The Timely Arrival of 'S.E. Cupp: Unfiltered'
Last month, conservative commentator S.E. Cupp started off the premier episode of her hour-long panel-driven show on HLN, S.E. Cupp: Uncensored, by offering up a bit of a disclaimer:
"I'm a conservative and a Republican, but I have some serious concerns about my party and my president...and I'll say so. I'm also a grownup, so I can defend this administration when it makes sense to."
It was a statement that wouldn't be thought to be particularly provocative if shared between friends in everyday discourse. But in the world of cable-news commentary, where ratings trump just about everything, it was actually a pretty brave point of view to express — especially from a host of a new show, faced with the daunting task of trying to build new audience.
You see, criticism of our president is an easy sell for liberal pundits who work for liberal news organizations. The Left is unified in their opposition to the Trump, and MSNBC in particular has reaped the rewards of that consensus. Conservative skepticism of Trump, however, has not been a winning formula over the past couple of years. Trump's populist takeover of the Republican party was a rejection of traditional party ideals and principled ideology. It transformed the base, and ushered in a sycophantic, trollish sentiment that conservative commentators have been under immense professional pressure to comply with.
Some of these media-righties saw the writing on the wall early. Like actors switching roles, they dumped their long-preached doctrines to serve as fawning Trump proxies. Others got on board after the election, having finally succumbed to the realization that they were dealing with a different audience — one whose appetite for Trump-train tribalism could only be satisfied with a nightly feeding of red meat.
The conservative hold-outs, who've remained intellectually-consistent and brutally honest in their analysis (which has been known to include sharp critiques of Trump), have been met with fierce resistance from their own side of the political aisle. This has included persistent calls for their firings and ongoing Internet harassment that has gone well beyond standard trolling. Producers have been privy to the discontent, and the results, in some cases, have been less screen time and fewer opportunities for advancement.
So HLN deserves a fair amount of credit for taking a chance on a conservative-leaning Trump-skeptic like Cupp, whose new show has already provided a stark contrast with the network's top-rated competitor, Fox News. While Tucker Carlson, Sean Hannity, and three fifths of the panel on The Five have focused almost exclusively on filleting "crazy liberals" and presenting Trump as a folk hero of the modern day, Cupp and company have been producing a smart, laid-back, and well-rounded product.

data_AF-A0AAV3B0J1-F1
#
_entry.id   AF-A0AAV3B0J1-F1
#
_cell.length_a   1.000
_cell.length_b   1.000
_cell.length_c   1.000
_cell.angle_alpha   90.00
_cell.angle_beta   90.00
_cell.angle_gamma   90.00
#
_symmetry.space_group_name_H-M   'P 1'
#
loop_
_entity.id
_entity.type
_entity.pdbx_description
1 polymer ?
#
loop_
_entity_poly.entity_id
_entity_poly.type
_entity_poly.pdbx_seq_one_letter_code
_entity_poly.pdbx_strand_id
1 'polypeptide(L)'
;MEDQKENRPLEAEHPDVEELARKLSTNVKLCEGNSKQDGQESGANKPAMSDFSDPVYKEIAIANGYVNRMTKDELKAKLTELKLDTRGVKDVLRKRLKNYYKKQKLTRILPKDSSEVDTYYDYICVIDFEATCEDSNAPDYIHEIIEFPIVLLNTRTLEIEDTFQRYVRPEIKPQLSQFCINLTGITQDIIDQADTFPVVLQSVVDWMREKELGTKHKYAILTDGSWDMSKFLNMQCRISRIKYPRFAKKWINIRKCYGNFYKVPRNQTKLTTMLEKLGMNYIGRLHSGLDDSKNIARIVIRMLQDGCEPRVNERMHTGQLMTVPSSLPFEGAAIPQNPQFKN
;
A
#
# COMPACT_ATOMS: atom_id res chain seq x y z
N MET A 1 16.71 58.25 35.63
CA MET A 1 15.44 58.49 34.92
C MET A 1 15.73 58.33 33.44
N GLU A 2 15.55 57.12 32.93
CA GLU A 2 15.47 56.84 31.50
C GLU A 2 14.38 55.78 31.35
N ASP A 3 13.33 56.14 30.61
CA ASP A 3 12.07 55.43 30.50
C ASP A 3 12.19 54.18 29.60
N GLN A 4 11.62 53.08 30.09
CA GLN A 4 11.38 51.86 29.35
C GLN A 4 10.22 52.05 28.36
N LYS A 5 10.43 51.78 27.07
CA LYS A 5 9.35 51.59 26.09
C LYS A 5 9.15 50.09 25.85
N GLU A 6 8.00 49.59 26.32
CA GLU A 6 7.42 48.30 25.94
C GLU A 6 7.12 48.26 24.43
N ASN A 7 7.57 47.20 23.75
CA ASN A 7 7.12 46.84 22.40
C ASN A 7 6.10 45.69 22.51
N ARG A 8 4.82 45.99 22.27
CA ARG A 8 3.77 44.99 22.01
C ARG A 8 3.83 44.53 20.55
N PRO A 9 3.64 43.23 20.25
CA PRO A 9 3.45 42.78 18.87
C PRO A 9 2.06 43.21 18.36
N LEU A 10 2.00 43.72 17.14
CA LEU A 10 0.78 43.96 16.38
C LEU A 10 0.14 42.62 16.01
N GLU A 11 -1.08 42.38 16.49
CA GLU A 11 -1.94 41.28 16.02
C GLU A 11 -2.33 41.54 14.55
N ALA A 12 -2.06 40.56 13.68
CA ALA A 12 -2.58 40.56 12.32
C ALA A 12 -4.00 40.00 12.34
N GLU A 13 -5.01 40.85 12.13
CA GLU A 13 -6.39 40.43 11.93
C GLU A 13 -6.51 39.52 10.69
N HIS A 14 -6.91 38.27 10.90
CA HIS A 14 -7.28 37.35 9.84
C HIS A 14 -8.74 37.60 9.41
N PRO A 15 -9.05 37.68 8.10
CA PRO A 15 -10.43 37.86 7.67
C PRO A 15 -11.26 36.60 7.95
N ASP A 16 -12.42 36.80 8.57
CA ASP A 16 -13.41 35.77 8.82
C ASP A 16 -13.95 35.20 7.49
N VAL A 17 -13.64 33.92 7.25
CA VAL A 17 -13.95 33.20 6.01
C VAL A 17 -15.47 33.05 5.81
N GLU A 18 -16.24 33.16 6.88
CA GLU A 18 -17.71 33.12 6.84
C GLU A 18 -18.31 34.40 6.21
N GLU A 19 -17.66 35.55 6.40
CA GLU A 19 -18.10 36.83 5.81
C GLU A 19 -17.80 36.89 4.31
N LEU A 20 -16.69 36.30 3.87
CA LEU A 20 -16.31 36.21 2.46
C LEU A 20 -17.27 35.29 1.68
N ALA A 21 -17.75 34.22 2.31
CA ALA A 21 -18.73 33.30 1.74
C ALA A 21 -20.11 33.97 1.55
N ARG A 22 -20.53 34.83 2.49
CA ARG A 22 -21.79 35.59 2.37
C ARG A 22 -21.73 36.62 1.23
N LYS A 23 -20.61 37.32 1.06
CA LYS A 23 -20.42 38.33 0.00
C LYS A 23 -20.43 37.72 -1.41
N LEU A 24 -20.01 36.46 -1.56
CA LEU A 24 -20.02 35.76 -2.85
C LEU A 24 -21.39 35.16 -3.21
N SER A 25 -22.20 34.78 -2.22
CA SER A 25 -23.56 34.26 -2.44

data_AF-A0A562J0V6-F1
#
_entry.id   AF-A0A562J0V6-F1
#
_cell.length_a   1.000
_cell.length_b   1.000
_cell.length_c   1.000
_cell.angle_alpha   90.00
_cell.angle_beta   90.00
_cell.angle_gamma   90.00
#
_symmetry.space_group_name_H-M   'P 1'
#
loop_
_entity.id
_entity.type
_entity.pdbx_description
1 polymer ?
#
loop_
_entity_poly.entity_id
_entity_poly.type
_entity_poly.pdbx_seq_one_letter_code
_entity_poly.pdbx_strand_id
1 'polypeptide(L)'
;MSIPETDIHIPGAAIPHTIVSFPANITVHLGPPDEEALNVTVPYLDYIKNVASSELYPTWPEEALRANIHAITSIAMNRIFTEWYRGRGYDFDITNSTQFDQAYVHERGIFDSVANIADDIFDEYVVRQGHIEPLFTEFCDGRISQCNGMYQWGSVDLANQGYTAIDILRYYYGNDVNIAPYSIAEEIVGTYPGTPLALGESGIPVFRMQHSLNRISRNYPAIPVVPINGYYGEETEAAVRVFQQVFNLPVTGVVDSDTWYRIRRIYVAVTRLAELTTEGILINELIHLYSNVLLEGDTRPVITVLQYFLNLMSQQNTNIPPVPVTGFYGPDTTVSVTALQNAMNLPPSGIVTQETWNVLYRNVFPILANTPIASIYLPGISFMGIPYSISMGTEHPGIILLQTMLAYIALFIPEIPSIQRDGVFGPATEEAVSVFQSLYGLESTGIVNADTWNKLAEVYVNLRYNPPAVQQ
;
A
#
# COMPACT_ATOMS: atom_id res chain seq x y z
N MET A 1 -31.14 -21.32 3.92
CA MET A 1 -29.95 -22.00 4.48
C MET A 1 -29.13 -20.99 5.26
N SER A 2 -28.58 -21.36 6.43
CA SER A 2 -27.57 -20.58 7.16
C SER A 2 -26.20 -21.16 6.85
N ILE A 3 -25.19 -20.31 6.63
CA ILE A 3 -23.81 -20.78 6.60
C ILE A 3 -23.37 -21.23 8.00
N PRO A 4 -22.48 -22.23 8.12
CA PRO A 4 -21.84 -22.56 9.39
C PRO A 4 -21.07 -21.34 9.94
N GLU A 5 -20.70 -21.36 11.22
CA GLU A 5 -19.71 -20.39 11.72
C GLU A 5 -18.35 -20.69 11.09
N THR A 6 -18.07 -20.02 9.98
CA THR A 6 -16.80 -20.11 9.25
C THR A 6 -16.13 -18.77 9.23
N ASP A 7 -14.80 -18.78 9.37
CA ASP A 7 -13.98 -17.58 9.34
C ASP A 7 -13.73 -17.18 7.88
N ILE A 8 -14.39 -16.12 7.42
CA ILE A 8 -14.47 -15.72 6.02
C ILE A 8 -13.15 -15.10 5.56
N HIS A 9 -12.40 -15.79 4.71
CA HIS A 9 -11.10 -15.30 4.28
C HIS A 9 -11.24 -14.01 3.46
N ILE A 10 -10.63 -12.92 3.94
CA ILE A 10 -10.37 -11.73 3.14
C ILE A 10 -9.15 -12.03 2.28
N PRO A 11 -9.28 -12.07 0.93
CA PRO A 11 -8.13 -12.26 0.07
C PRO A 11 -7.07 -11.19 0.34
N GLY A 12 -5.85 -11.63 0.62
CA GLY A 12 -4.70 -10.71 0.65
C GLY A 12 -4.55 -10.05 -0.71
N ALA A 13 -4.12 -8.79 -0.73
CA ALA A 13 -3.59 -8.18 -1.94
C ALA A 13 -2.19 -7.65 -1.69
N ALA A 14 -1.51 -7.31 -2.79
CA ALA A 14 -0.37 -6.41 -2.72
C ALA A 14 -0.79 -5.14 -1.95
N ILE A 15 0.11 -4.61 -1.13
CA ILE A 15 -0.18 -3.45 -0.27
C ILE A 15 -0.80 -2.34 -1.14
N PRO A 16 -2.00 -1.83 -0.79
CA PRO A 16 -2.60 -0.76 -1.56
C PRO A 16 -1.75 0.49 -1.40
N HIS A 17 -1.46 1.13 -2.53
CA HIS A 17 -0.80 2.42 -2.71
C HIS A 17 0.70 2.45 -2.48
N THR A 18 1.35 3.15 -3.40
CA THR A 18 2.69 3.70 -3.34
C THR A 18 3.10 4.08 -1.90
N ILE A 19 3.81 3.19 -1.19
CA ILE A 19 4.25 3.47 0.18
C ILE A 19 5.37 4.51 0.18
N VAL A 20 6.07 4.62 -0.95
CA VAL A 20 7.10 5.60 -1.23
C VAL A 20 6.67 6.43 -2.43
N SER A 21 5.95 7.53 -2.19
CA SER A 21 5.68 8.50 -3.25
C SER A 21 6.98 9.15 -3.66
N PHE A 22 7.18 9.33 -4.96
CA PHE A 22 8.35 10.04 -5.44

Immediately identifiable when watching Unfiltered are some of the elements that once made Fox News's Red Eye (which was cancelled earlier this year) fun to watch. The most notable among them is the involvement of the show's senior producer, Andy Levy, who does double-duty as Cupp's on-air sidekick. The libertarian-leaning Levy worked on Red Eye for eight years, where he presumably met Cupp (who was once a regular guest on the show). The two have good chemistry (if not perfect comedic timing), and Levy's dry, honest commentary is truly at the top of its game.
Another similarity is the show's tone, and the demeanor of its rotating guests. The panel is fairly hack-free, which in itself is an achievement and a breath of fresh air. Part of the reason is that the guests typically aren't political operatives, but rather journalists, radio personalities, and entertainers — people whose varying views are harder to fit inside an ideological box. And even the guests who are political operatives seem to make a conscious decision to let their hair down for the hour, and not take themselves too seriously. Rarely is anyone promoting or defending partisan narratives, or spewing out reckless hyperbole. No one's shouting angrily over the person sitting next to them, or firing out whataboutisms like confetti from an air-cannon.
On the few occasions when hackiness does rear its irritating head, Cupp or Levy kindly calls it out, and manages to get the conversation back on track. That's not to say that the discussions aren't passionate. They often are, and most importantly, they're actual discussions — productive ones...not the breathless reading of predictable talking points. Another bonus: the show is by no means limited to political topics. Cultural issues are tackled too.
It's important to note that despite its kinship with Red Eye, Unfiltered is its own show. The topics are more serious, the discourse is more pertinent, and the viewer comes away gaining just as much insight as entertainment value. What's particularly helpful are that discussions on complicated items, like federal legislation, are premised objectively from a "Here's what you need to know" position.
Sure, there's still some program experimentation going on. Not every segment flows well, and not every guest has been a good fit, but heck...the show's only a month old. Things will only improve.
And come October, Unfiltered may well be the last remaining cable-news platform available on weeknights to still include any semblance of thoughtful conservatism. That's when Laura Ingraham's new show on Fox News will begin, assuredly reserving three straight hours in prime-time — five nights a week — of unadulterated Trump TV. The new lineup will likely be good for FNC's ratings, but unless you're a Trump enthusiast, it's hard to imagine being able to stomach anything that comes on later than Special Report.
Thank goodness HLN has given us an alternative. Let's hope it defies the odds, and becomes a cable-news contender.